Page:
Many Chinese Americans and immigrants varied in their reactions to the indictment. Some demanded his prosecution and joined multi-racial protests that had signs with “Black Lives Matter” written in Chinese. Others conveyed that the indictment was racist and that he was a scapegoat for all of the other cops who walked free. In a double-plot twist, Judge Danny Chun convicted Liang and sentenced him to probation and community service. Akai was killed, and there would be no jail time. I think about this when people ask me of abolition, “What about the killers?”
Liang’s case demonstrated the limits of calling for cop convictions and the limits of diversity. Having more people of color in a corrupt system did not mean that they would be interested in changing it. Liang is Asian. He was prosecuted by Ken Thompson, the first Black District Attorney in Brooklyn. Liang was sentenced by Judge Chun, the first Korean American prosecutor and first Korean American judge in New York City. In 2019, Judge Chun did not sentence two NYPD cops, including one Black one, who had “sex” in a police van with a teenager in custody. Rather, the judge defended his decision by saying that the victim and the cops were involved in criminal activity, and that the victim could also be charged and found guilty for offering a bribe.
Later that year, the judge sentenced a Black former NYPD cop to probation for shooting a man in the face and then planting a knife next to the body. If the criminal legal system only had white judges, prosecutors, and cops, then we could more easily assume the presence of racism or white supremacy. But with diversity, people of color can make the legal system appear more neutral or just by the virtue of them being “firsts.” We need “firsts” to do more than break the barriers to get into the system; we need them to break the system itself.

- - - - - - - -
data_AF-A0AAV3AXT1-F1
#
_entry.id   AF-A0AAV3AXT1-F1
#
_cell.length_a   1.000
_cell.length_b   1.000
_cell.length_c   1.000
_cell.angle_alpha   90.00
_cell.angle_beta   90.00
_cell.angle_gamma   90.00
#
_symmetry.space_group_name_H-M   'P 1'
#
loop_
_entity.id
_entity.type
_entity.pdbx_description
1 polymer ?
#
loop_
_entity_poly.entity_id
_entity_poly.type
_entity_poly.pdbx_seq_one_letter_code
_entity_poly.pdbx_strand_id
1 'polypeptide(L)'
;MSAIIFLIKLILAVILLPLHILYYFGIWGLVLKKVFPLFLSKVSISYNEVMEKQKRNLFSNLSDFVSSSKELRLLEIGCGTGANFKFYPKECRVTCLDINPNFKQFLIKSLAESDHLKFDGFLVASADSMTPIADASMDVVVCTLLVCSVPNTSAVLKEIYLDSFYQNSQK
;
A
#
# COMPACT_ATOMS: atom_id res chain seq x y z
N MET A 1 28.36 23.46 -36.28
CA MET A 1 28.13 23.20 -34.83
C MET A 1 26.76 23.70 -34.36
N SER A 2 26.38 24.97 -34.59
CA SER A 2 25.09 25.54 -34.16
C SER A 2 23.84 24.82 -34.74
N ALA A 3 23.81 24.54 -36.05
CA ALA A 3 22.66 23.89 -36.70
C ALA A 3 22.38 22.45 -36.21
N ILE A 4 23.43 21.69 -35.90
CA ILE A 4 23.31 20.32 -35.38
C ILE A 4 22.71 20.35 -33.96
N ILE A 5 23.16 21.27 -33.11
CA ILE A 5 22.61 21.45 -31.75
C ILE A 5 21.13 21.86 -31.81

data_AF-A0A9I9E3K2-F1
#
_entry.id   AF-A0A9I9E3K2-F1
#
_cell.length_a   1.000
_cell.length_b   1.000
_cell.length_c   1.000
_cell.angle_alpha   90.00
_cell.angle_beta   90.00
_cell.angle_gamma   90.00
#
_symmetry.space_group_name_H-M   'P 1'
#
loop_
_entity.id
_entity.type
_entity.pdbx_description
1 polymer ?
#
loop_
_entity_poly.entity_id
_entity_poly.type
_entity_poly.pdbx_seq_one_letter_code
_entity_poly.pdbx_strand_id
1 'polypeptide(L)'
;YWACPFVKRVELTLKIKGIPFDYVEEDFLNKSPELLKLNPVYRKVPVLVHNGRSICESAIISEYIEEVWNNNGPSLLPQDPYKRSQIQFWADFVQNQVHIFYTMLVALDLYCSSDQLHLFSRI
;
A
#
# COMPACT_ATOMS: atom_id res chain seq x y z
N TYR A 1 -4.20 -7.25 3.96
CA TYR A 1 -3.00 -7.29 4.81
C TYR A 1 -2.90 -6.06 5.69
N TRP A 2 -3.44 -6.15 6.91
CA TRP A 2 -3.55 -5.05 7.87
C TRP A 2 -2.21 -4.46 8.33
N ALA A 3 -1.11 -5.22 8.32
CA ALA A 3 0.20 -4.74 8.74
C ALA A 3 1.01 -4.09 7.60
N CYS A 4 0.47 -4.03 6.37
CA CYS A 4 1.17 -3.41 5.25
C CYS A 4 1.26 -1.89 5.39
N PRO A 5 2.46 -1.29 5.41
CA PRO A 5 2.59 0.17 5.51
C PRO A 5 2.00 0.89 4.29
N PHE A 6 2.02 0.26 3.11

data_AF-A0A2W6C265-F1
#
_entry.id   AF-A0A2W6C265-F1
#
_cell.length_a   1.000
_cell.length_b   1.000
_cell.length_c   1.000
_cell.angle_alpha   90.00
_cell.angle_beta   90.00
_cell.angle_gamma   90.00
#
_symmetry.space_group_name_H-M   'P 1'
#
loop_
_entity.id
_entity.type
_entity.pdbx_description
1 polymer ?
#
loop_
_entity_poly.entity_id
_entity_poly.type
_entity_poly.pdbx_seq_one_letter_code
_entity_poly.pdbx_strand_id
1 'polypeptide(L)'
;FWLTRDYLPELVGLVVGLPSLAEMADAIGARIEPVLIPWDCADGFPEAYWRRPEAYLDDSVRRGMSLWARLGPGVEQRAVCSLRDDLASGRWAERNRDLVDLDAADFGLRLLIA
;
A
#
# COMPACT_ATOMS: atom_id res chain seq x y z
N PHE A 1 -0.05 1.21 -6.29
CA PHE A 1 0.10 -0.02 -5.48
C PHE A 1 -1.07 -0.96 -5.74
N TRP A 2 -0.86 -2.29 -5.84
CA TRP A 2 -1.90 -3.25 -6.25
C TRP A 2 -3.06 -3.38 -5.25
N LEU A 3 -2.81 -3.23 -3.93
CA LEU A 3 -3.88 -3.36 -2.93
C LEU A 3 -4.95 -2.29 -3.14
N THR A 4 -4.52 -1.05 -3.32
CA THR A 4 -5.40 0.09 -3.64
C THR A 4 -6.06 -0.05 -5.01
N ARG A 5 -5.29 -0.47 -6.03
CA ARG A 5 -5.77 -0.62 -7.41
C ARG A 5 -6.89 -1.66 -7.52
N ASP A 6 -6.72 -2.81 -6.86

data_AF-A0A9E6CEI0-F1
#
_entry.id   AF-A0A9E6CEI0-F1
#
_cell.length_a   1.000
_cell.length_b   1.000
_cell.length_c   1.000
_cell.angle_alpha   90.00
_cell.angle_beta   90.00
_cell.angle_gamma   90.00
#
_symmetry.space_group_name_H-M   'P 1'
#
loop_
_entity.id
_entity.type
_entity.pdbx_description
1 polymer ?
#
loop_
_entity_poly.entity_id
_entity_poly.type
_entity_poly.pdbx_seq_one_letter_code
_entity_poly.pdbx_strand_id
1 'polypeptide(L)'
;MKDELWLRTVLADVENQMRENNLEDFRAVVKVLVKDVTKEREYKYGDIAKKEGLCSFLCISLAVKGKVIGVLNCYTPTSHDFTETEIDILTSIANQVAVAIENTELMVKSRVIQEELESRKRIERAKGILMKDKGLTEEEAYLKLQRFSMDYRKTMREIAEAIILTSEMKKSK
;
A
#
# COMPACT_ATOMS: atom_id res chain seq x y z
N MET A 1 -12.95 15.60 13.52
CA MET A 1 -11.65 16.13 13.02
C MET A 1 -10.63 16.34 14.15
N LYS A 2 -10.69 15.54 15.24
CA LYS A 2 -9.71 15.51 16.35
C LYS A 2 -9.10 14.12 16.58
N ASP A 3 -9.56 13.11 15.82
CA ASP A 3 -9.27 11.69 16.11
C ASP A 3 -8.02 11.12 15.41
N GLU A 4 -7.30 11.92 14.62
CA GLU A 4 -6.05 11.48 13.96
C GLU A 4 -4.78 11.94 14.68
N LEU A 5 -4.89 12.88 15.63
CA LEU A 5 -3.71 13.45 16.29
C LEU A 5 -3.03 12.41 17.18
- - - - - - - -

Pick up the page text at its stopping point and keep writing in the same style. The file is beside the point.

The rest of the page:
I had not fully come to these conclusions about diversity by the time of the news of Freddie Gray’s death. Two weeks after Walter Scott’s death, Baltimore cops made eye contact with Freddie Gray. Gray, like Walter, ran. Nobody knows why. The official police report stated that Gray “fled unprovoked,” as if police do not regularly cause harm to poor Black men like him, and as if recent viral videos of police shooting and strangling Black men to death did not provide enough provocation for them to flee. Cops chased and caught him, patted him down, and discovered a small switchblade. They dragged his folded body to a cage inside of a van. For 45 minutes, they drove through the city on a “rough ride,” a law enforcement tactic of driving harshly to physically punish arrestees who run. In the process, those cops severed Gray’s spine. He died days later on April 19, 2015.
Kevin Moore recorded the police dragging Gray and once he released the footage, Black people poured into the streets. Policymakers tout body cameras as a major reform in the wake of police violence, but civilian cop watch is much more powerful and democratic. When we stop to record police encounters, our presence can sometimes discourage further violence from cops. If we record cops who continue to escalate violence and get it on camera, then we are in control of the footage; this differs from body and dashboard camera footage because cops can turn them off or misconstrue the angle. Cities also withhold footage of cop shootings until a family, journalist, or lawyer sues or protests for access. At risk to themselves, the brave civilians who record cops informally on the streets or formally in community Copwatch programs could literally save lives and expose additional police terror. I would learn more about the shortcomings of body cameras after the protests.